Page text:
1. ~Artemis~
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    ~Artemis~ Member

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    Style Short stories forming a novella – how stand-alone should they be?

    Discussion in 'General Writing' started by ~Artemis~, Mar 7, 2016.

    (Sorry in advance that I'm terrible at explaining myself, thus making this post ridiculously long.)

    I'm writing a collection of short stories that together basically form a novella. The stories are written in different tenses and POV throughout (at least at this point in time; it's something with which I'm experimenting) but they still work to form a cohesive whole when put together.

    My question is: How stand-alone should each story be? For the most part, each of my stories could be its own entity. In other words, you wouldn't have to read the rest of the collection in order to understand any one story. There are small tidbits in some of the stories that reference information given in previous stories, but nothing too major. But the first story in my collection is sort of like a prologue. It's the only one that could not be a story on its own. There is no conflict; its sole purpose is to explain the MC's beginning, as it were – how she became who she is in the following stories.

    To explain further (I never know how much or how little explanation is necessary, so I tend to possibly over-explain in order to compensate): my MC adopts a persona that affects her view of herself and the people around her. She calls herself Artemis, after the Greek goddess, and has two romantic partners whom she names Orion and Actaeon, based on their characters in the myths involving the goddess. But because the stories are from Artemis' POV, she just calls herself Artemis and them Orion and Actaeon, while everyone else has a normal name. It's significant to the plot that they have these names, but I needed to find a way to let the reader know that these were not their real names, but rather the names Artemis projects onto them. It was unnatural to do that within the main stories, and that's why I created the prologue.

    My whole academic career I've been told that a completed story needs to be able to stand alone (obviously); but since this work is sort of a collection of stand-alone stories and a novella that is one cohesive work, I'm not really sure about the prologue. If it's viewed as a prologue of a novella, it's fine; but if it's the first story in a collection of short stories, it's not.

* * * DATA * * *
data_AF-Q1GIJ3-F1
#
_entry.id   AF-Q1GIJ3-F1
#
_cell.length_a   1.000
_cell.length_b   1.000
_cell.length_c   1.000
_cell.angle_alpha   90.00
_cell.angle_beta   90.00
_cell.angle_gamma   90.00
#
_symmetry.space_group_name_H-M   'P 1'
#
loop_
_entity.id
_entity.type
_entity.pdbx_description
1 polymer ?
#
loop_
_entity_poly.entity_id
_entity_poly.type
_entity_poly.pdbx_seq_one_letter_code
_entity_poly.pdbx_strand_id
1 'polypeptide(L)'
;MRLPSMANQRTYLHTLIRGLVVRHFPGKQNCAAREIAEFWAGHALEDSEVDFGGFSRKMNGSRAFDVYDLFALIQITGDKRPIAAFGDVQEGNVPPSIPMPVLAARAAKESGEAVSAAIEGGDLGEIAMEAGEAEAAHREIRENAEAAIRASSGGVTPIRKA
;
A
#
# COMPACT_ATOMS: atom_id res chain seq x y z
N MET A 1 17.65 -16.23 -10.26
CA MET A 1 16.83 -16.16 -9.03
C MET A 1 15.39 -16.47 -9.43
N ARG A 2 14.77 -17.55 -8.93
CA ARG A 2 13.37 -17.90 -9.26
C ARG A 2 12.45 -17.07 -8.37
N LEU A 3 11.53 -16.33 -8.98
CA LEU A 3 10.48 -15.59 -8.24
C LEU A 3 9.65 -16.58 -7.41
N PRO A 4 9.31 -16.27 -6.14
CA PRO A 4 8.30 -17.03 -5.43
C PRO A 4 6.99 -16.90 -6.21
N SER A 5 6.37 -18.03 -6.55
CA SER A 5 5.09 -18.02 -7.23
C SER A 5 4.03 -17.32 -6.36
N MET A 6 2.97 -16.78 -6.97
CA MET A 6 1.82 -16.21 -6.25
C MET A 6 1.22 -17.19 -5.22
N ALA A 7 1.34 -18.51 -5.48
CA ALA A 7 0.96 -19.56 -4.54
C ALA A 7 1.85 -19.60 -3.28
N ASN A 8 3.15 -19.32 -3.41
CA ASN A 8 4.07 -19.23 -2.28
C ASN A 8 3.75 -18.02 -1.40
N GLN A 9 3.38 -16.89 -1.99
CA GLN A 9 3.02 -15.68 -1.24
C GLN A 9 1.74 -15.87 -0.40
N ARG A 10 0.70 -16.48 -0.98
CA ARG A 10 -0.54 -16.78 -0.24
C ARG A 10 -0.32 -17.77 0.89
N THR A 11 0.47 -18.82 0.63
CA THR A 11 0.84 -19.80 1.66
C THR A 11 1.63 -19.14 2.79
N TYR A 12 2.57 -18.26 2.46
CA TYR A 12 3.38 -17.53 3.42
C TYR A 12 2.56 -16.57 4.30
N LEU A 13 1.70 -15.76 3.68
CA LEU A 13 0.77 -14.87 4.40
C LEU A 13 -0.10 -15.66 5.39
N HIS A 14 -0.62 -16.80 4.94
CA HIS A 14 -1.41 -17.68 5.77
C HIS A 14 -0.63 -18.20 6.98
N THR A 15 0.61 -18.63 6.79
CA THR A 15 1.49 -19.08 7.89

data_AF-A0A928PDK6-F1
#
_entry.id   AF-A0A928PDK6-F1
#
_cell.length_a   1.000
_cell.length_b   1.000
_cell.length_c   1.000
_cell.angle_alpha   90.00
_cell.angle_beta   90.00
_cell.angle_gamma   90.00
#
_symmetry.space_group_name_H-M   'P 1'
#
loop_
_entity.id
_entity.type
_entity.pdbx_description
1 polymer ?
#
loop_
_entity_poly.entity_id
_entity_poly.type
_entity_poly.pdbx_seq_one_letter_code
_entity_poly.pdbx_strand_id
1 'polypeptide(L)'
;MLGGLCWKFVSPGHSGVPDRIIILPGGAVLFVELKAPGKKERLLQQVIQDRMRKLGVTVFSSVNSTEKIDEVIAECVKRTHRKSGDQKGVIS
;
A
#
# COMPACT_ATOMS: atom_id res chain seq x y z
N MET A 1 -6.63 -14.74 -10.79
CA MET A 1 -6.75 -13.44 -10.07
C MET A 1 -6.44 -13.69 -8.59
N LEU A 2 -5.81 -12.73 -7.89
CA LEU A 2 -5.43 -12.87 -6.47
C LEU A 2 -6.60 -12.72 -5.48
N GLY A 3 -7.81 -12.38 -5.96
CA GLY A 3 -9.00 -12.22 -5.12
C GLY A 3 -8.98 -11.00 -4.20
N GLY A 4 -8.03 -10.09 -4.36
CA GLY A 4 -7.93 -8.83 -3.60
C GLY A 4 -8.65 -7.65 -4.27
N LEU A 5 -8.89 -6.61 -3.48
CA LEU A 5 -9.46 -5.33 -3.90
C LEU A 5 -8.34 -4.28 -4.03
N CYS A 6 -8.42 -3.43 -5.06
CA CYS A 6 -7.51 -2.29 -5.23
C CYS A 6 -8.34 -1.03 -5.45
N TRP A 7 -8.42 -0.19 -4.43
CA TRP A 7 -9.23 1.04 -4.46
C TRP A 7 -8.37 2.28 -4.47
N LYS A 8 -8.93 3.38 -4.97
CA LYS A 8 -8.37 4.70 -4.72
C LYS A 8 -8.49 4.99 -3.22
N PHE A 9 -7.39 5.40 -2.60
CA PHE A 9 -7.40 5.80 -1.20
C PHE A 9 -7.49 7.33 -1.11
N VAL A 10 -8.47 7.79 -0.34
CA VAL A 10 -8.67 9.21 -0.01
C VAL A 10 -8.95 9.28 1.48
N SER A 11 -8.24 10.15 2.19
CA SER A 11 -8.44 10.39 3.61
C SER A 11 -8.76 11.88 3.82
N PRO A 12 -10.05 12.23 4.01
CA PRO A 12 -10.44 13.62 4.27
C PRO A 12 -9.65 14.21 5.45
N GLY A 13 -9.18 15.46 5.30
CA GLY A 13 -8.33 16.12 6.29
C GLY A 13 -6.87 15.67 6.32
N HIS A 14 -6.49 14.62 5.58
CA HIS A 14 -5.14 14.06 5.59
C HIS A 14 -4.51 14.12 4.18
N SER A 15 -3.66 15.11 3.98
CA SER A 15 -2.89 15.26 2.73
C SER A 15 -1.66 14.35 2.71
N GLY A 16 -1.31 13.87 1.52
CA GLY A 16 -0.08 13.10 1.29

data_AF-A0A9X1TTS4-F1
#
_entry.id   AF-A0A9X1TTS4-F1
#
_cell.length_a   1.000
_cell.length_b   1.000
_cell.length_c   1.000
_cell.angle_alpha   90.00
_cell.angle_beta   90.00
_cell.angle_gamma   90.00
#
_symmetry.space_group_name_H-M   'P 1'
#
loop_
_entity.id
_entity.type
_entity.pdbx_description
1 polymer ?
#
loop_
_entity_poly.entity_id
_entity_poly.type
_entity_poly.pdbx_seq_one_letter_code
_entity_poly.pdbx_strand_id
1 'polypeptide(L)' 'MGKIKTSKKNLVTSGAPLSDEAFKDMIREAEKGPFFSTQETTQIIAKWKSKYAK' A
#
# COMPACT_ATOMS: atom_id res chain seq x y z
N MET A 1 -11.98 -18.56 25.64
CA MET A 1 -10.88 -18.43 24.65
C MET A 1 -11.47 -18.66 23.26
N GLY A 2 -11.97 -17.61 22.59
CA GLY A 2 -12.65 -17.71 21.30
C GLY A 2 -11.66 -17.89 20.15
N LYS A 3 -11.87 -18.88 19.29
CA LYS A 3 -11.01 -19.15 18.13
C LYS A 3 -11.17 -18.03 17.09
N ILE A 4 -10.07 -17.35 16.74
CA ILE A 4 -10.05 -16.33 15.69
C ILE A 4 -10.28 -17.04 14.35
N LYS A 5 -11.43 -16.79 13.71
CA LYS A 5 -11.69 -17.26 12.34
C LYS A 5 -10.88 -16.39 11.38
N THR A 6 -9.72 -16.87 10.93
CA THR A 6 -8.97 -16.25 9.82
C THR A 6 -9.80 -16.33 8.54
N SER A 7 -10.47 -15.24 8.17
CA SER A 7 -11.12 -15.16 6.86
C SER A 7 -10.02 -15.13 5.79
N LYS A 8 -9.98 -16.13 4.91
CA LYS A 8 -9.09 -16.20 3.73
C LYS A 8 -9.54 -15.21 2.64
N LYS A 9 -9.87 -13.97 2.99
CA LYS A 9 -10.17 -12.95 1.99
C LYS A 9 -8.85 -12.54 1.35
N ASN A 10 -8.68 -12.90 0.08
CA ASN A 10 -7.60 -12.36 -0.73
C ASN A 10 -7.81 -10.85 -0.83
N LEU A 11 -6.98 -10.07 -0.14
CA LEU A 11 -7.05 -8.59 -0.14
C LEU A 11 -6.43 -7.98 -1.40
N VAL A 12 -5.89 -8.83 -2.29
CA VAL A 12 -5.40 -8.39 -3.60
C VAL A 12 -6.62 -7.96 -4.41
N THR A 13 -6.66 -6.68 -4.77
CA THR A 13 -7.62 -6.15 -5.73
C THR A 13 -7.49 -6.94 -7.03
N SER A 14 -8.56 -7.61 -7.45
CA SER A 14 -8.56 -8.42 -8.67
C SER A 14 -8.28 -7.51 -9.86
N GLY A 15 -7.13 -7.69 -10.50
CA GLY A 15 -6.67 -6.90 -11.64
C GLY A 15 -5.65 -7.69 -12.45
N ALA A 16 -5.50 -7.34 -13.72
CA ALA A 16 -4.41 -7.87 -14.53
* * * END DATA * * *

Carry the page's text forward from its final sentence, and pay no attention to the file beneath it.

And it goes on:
So I guess I'm just wondering what you guys think about the whole situation. I've gotten some mixed reviews from my in-person writing community, so I'm just hoping for a wider circle of opinions.

    Thanks!
     
  2. SethLoki
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    SethLoki Unemployed Autodidact Contributor

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    I've seen this done and done well (I think). Cloud Atlas* is a book of vaguely connected stories. I love opening it anywhere and reading any one of them. I have never worked out if the author is a genius with plot or just passes off for one by me reading more into what's written. But as I say, very fond of it. So my answer is yes, make them standalone but also do your best to thread in the connections and allude to something mysterious.

    * He's got form; his other books are on similar lines.
     
  3. psychotick
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    psychotick Contributing Member Contributor

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    Hi,

    My worry would be that they're forming a novella not a novel. With each story having to be complete in and of itself and so being able to be read without having read the others, there's bound to be some overlap and duplication,for example in world build. In a novella that might become a significant part of the book.

    However for a great example of where this is done to form a novel, you could try The Martian Chronicles.

    Cheers, Greg.
     
  4. ReproveTheCurlew
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    ReproveTheCurlew Member